Ten years ago the Faculty, now the Department of Architecture, and the prize’s generous sponsor Paolo Fassa, offered me the opportunity to chair the prize’s jury, an offer that I gladly accepted, not least because for many years we had already acquired considerable experience in this field, as well as a series of successes and international contacts that would subsequently become very useful.
Even if for reasons of continuity the same head of Jury has presided over the competition throughout the years, the two external jury members have changed each time, with the intention of adequately representing the vastness and universality of the subject matter, references to different cultural contexts that the jury members themselves share, and the need to understand the importance of this task for the survival of our profession as architects, both in its essence and the specific works completed in the field.
The works completed all over the world have also become educational material, and this trend is destined to continue in the future.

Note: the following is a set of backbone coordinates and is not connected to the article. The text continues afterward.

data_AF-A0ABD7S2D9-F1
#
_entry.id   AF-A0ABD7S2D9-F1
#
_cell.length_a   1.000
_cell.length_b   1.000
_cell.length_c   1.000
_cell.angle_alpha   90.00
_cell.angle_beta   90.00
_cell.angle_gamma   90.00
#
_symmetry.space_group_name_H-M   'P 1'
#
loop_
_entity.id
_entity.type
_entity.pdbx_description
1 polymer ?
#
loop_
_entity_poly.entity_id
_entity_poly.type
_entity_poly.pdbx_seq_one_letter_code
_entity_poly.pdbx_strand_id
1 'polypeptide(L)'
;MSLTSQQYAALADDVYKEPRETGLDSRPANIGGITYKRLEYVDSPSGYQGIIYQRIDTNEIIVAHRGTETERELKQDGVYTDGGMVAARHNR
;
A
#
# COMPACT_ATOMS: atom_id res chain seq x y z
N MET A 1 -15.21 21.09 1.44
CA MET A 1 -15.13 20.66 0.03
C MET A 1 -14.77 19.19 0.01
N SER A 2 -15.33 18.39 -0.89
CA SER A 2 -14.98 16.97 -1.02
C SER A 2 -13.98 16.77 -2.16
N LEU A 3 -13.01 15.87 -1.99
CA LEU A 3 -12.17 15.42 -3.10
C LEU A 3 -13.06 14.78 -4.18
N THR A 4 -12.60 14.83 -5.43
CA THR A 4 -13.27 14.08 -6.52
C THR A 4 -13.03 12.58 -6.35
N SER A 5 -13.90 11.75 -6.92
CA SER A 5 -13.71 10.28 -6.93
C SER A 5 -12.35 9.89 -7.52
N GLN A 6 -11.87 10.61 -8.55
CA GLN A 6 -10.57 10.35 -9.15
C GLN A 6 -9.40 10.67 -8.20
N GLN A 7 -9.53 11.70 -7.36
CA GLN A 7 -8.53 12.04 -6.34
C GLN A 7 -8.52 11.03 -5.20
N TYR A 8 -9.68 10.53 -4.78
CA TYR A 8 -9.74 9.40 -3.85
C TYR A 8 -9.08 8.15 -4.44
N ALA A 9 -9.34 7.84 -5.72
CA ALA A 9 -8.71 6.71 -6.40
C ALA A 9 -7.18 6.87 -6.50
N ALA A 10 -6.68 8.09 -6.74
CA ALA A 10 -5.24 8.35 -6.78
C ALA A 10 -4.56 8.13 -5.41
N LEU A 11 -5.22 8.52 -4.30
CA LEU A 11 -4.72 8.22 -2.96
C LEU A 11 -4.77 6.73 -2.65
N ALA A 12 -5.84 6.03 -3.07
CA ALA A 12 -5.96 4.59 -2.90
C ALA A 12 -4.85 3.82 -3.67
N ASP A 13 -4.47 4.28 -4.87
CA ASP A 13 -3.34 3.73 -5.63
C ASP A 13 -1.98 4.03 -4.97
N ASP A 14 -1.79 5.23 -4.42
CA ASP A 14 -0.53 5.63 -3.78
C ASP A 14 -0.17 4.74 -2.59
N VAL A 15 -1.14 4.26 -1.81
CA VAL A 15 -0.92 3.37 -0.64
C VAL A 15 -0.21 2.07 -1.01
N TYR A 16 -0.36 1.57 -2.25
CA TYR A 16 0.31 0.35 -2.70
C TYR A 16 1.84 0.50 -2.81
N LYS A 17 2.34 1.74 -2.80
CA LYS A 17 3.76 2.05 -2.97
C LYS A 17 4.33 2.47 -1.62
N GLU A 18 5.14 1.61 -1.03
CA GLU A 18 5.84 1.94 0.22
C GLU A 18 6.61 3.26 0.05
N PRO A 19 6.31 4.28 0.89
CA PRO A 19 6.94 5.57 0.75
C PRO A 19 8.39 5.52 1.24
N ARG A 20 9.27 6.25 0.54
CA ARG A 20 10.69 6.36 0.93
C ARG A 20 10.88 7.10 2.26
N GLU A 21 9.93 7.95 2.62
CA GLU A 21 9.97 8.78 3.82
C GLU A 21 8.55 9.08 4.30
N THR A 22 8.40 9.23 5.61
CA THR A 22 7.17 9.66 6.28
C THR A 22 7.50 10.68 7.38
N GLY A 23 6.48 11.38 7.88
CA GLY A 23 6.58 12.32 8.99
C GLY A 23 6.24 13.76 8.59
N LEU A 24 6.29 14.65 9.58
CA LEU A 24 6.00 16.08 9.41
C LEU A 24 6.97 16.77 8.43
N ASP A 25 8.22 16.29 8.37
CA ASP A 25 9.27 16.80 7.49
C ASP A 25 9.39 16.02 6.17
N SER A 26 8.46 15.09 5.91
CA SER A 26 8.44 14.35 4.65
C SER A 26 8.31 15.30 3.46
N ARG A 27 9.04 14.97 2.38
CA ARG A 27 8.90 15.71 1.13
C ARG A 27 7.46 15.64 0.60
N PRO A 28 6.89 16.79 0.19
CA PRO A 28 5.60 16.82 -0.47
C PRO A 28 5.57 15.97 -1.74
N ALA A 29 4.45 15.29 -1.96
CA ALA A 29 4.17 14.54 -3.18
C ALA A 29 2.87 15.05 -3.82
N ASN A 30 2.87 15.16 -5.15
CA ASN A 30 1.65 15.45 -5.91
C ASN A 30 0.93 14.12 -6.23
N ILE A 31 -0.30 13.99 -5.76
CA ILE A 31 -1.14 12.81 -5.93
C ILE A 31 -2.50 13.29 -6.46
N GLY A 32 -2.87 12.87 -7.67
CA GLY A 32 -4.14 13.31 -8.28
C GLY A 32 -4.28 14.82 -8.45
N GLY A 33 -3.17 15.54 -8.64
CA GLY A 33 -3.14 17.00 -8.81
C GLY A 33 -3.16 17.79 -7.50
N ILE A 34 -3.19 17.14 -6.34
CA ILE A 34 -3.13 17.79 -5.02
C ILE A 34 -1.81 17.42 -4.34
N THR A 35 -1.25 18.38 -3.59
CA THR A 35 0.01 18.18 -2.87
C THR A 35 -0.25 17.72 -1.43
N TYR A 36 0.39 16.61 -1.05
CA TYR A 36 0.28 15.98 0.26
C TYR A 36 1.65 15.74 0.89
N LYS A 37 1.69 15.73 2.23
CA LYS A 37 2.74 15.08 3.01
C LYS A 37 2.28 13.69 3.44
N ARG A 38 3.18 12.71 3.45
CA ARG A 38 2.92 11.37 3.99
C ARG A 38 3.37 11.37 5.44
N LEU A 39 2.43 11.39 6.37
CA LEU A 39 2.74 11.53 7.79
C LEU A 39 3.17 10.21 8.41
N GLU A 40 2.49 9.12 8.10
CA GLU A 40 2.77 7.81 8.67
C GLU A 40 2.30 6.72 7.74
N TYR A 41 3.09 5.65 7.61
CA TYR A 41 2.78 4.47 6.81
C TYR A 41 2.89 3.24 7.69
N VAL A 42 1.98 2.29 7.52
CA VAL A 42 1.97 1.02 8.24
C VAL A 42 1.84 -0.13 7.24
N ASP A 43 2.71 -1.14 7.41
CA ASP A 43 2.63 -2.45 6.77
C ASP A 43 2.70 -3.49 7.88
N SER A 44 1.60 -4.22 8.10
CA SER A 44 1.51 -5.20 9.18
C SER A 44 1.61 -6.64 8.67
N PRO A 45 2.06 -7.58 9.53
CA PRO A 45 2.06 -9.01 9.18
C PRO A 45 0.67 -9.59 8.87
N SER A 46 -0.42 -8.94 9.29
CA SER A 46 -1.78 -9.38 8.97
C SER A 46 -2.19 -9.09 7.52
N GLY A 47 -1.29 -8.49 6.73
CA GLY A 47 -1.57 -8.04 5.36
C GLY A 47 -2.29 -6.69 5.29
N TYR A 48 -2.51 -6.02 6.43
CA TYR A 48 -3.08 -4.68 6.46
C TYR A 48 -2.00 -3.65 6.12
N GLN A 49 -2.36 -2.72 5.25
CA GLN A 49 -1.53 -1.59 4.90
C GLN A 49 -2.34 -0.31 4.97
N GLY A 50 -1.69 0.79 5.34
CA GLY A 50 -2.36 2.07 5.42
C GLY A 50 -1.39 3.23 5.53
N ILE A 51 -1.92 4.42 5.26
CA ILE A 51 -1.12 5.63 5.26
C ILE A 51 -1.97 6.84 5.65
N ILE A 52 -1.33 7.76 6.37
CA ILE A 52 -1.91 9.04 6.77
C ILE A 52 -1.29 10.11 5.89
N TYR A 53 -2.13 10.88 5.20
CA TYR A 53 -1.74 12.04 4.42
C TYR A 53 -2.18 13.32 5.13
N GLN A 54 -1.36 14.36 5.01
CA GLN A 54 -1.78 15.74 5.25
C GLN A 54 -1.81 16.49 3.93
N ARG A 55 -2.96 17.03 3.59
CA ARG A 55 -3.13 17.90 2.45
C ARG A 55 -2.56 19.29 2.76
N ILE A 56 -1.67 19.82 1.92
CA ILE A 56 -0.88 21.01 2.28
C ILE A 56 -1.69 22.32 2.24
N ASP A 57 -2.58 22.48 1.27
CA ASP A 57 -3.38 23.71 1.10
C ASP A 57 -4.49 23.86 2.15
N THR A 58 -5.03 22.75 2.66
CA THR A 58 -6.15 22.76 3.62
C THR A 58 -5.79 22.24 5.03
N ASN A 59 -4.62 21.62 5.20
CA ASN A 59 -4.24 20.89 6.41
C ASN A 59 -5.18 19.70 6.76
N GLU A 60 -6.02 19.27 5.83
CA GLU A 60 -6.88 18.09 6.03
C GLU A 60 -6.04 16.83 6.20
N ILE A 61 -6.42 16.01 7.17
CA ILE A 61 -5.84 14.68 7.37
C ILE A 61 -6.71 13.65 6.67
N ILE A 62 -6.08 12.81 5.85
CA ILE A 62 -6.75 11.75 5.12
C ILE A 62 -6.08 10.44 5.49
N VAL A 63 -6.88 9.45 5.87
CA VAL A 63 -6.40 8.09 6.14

The eleventh International Sustainable Architecture Award evaluated 100 projects from 22 countries on five continents.
The Jury, following careful appraisal of the entries on the first day of work, selected 23 projects that were believed to best reflect the Award’s philosophy; from this shortlist, three works were identified and assigned the gold medal and the two silver medals, as specified in the competition rules.
The Jury also judged a further six entries as being worthy of honourable mention on account of specific aspects concerning the issue of sustainability.
The projects receiving the prizes, despite belonging to profoundly different climatic and social contexts, share in common a low-tech and low-budget approach, proving how sustainability does not necessarily require the most advanced technology, high costs or wide-scale intervention.
Another common aspect that emerges among these projects is the ability to appropriately adapt to the specific conditions, providing optimum responses to the essential needs of their users. This indeed can be defined as “appropriate” architecture, being the result of total knowledge of the places, the study and understanding of how they function, and respect for local culture. Works that model space in a way that considers climatic adjustments, employing the best design strategies and offering approaches to and interpretations of the project issues that can be replicated in similar situations.
Thomas Herzog, Chairman
Gianluca Frediani, Secretary